Moreover, the services ‘arranging of wedding receptions; rental of chairs, tables, table linen and glassware; information and advice relating to all these services’ of the contested mark are similar to ‘restaurant services (food); temporary accommodation’ of the opposing mark. It is common for hotels and restaurants to also rent out chairs, tables, table cloths or glassware when needed (e.g. for catering). The services are complementary and target the same user (31/10/2014, R 968/2014-5, THAI MANGO (fig.) / MANGO TREE (fig.), § 17; 02/10/2014, R 2028/2013-1, Cafe Prag (fig.) / CAFE PRAG (fig.), § 27; 18/03/2011, R 1039/2010-4, SHAKTI AYURVEDA CENTER / AYUSHAKTI, § 17). It is also a well-known fact that hotels often also organise wedding receptions. Therefore, these services have the same commercial origin and are provided for the benefit of the hotel’s clients but also for external clients. Finally, in order to run the services provided by a hotel or restaurant, it is necessary to respond to requests sent by customers and provide information about the services. Information and advice services are indispensable for operating the services of temporary accommodation and are, therefore, complementary. The services are directed at the same consumers and are likely to be provided by the same undertakings. Thus, all those services are similar, which was not contested by the opponent in the appeal proceedings.
Comparison of the signs
The signs to be compared are the following:
The relevant territory is the European Union.
The conflicting marks have to be compared visually, phonetically and conceptually. Such a comparison must be based on the overall impression given by the marks, bearing in mind, in particular, their distinctive and dominant components (06/10/2005, C-120/04, Thomson Life, EU:C:2005:594, § 28; 22/06/1999, C-342/97, Lloyd Schuhfabrik, EU:C:1999:323, § 25).
Furthermore, two marks are similar when, from the point of view of the relevant public, they are at least partially identical as regards one or more visual, phonetic or conceptual aspects (02/12/2009, T-434/07, Solvo, EU:T:2009:480, § 31; 13/09/2010, T-149/08, Sorvir, EU:T:2010:398, § 29; 14/04/2011, T-466/08, Acno focus, EU:T:2011:182, § 52).
The assessment of the similarity between two marks means more than taking just one component of a composite trade mark and comparing it with another mark. On the contrary, the comparison must be made by examining each of the marks in question as a whole, which does not mean that the overall impression conveyed to the relevant public by a composite trade mark may not, in certain circumstances, be dominated by one or more of its components (12/06/2007, C-334/05 P, Limoncello, EU:C:2007:333, § 41).
The contested sign is a word mark consisting of two words, namely ‘FUNDU’ and ‘LAGOON’. The earlier European Union trade mark is a word mark consisting of one single word, namely ‘FUNDY’.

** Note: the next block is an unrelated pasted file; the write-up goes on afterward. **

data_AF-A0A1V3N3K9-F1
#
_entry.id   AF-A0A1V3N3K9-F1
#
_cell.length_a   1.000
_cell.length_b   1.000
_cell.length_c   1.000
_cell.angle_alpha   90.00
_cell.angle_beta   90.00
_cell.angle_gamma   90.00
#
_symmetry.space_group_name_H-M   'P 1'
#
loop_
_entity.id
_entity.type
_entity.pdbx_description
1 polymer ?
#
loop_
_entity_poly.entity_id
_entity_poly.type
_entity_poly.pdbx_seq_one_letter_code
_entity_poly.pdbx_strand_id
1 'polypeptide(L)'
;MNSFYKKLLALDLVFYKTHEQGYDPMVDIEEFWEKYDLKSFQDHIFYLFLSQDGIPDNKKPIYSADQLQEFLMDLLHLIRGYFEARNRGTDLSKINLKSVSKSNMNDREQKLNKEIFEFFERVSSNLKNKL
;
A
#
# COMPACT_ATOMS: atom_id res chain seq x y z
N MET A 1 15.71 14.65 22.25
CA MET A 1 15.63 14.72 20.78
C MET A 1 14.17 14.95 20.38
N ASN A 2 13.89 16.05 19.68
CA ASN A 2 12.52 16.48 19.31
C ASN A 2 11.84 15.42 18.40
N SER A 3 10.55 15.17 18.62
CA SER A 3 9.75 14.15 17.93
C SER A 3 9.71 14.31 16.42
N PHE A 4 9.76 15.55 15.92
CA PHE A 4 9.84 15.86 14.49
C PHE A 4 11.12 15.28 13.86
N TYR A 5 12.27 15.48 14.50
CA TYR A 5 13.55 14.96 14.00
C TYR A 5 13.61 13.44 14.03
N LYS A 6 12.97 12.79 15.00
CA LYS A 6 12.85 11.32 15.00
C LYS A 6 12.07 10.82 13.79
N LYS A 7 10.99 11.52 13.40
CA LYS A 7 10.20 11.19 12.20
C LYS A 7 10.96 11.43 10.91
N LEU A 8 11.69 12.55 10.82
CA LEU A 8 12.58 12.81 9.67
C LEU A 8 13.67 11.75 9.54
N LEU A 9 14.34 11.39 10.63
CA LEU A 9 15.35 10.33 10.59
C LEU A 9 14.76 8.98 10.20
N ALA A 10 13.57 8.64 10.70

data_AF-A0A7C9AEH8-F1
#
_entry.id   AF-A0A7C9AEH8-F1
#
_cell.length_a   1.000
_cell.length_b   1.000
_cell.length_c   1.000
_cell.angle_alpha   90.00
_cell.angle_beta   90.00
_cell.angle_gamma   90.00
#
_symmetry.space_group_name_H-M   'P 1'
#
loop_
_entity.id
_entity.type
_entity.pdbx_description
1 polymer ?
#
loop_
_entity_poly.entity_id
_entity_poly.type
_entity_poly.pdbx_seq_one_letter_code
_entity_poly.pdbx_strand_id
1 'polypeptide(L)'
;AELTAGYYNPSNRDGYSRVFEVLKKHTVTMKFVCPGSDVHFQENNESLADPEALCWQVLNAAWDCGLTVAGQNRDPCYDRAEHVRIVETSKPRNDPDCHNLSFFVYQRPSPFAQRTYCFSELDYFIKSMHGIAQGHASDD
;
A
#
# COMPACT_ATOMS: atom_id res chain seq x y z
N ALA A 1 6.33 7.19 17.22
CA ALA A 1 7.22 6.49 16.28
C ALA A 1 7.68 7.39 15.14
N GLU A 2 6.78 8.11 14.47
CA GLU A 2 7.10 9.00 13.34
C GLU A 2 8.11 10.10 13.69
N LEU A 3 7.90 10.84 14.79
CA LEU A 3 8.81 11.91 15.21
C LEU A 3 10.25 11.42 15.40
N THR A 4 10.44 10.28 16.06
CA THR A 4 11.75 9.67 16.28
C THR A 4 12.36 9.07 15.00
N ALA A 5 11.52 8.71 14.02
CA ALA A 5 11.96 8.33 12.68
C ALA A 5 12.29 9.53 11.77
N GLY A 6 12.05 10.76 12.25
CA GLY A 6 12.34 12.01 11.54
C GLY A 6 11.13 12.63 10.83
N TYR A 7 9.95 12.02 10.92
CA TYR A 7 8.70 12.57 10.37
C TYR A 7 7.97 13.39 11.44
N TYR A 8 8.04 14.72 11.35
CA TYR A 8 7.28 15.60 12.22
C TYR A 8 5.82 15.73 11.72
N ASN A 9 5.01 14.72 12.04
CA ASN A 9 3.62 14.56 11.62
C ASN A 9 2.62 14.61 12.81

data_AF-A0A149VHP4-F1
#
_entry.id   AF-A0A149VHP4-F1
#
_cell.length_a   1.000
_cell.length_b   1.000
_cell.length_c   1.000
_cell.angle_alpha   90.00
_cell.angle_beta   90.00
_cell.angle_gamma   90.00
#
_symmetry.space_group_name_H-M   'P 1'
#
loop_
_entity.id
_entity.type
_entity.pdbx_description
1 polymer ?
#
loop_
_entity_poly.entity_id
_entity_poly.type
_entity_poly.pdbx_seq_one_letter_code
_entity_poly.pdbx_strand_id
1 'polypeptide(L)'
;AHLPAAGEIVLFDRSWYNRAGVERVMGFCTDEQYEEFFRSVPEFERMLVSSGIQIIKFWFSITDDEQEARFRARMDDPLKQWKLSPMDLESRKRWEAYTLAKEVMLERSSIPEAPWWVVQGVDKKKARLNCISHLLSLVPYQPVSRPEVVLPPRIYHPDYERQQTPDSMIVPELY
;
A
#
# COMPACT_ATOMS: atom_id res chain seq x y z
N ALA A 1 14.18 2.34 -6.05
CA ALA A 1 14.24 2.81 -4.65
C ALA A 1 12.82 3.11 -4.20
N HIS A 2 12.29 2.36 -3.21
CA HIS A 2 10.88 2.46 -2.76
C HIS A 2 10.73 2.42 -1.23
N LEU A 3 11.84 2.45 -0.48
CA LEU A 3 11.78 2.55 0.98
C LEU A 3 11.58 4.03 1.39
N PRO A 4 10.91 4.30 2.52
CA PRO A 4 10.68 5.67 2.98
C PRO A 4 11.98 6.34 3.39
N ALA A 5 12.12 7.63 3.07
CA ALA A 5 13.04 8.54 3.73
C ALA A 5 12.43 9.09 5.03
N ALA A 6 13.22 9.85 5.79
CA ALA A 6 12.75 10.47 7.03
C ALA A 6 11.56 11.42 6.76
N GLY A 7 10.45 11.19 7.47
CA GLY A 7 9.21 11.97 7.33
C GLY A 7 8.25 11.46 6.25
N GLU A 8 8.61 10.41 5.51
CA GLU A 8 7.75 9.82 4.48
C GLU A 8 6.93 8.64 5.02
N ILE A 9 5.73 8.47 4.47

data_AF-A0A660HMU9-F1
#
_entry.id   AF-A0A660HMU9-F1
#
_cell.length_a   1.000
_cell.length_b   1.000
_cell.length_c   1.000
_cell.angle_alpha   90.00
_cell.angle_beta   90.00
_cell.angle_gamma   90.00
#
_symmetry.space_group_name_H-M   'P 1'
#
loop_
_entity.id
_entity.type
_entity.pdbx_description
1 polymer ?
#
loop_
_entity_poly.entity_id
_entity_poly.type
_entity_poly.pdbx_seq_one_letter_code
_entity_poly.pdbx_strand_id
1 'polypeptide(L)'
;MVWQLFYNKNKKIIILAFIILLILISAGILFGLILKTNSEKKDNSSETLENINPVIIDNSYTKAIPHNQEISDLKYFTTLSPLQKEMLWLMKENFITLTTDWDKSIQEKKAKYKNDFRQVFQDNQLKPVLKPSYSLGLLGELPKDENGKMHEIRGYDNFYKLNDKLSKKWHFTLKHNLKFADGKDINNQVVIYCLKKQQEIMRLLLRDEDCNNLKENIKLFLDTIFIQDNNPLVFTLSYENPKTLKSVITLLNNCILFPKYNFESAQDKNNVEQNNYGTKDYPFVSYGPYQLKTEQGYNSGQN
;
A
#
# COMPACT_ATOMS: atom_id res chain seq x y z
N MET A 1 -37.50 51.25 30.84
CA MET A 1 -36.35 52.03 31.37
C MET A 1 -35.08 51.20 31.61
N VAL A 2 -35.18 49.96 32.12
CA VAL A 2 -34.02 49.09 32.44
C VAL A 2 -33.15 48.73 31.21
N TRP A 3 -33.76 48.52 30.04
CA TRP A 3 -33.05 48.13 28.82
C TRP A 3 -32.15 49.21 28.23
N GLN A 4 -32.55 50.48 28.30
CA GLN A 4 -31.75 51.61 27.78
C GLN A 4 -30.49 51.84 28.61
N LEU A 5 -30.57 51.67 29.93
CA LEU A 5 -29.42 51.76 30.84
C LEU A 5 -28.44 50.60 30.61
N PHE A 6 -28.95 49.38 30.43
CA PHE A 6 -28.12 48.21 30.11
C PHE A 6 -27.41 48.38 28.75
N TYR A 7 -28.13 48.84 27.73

The Board will first examine the dominant and distinctive elements of the signs at issue before evaluating their similarity.
The words ‘FUNDU’ and ‘FUNDY’ will be perceived as fanciful words without any meaning by the relevant public in the European Union. Even if ‘Fundy’ is the name of a national park in Canada, as stated by the Opposition Division, it is unlikely that the public in the relevant territory will know this. The additional term ‘LAGOON’ of the contested mark will be understood by the English-speaking consumers in the European Union as a shallow body of water separated from a larger body of water by barrier islands or reefs. The Board takes the view that the word ‘FUNDU’ of the contested sign plays a more important role in the perception of the consumers than the subsequent term ‘LAGOON’, for the following reasons.
Firstly, it should be borne in mind that consumers normally attach more importance to the beginnings of words (see, to that effect, 30/11/2011, T‑477/10, SE© Sports Equipment, EU:T:2011:707, § 54; 17/03/2004, T‑183/02 and T‑184/02, Mundicor, EU:T:2004:79, § 81). It is therefore likely that the public will pay more attention to the first word ‘FUNDU’ than to the subsequent term ‘LAGOON’ of the contested sign.
Secondly, bearing in mind that the services at issue are restaurant and hotel services, at least the English-speaking consumers in the European Union will assume that the hotel or restaurant is situated near a lagoon when being confronted with the sign ‘FUNDU LAGOON’. If the lagoon is an unknown place the word ‘lagoon’ would simply be perceived as a synonym for lake, bay, reservoir or gulf. In general, the notion ‘lagoon’ is often associated with images of tropical islands, crystal clear water in different shades of blue and green, white sandy beaches and palm trees. The evocation of these positive images is welcomed and desired by any hotel or restaurant owner even if the establishment is not situated in tropical regions. The word ‘lagoon’ of the contested sign could also refer to a famous tourist destination such as the Venetian Lagoon in Italy, the Mar Menor in Spain or the Blue Lagoon in Iceland. To sum up, the ‘Lagoon’ component of the contested mark is likely to be seen by the English-speaking consumers in the European Union as a suggestive reference to the place where the restaurant or hotel service is offered (compare with 02/06/2016, T-510/14 and T-536/14, Park Regis, EU:T:2016:333, § 76, in which the General Court confirmed that the component ‘Park’ of a trade mark for hotel and restaurant services was ‘highly evocative and even descriptive of the services at issue’ since it referred, ‘in particular to the presence of large gardens or ornamental grounds’).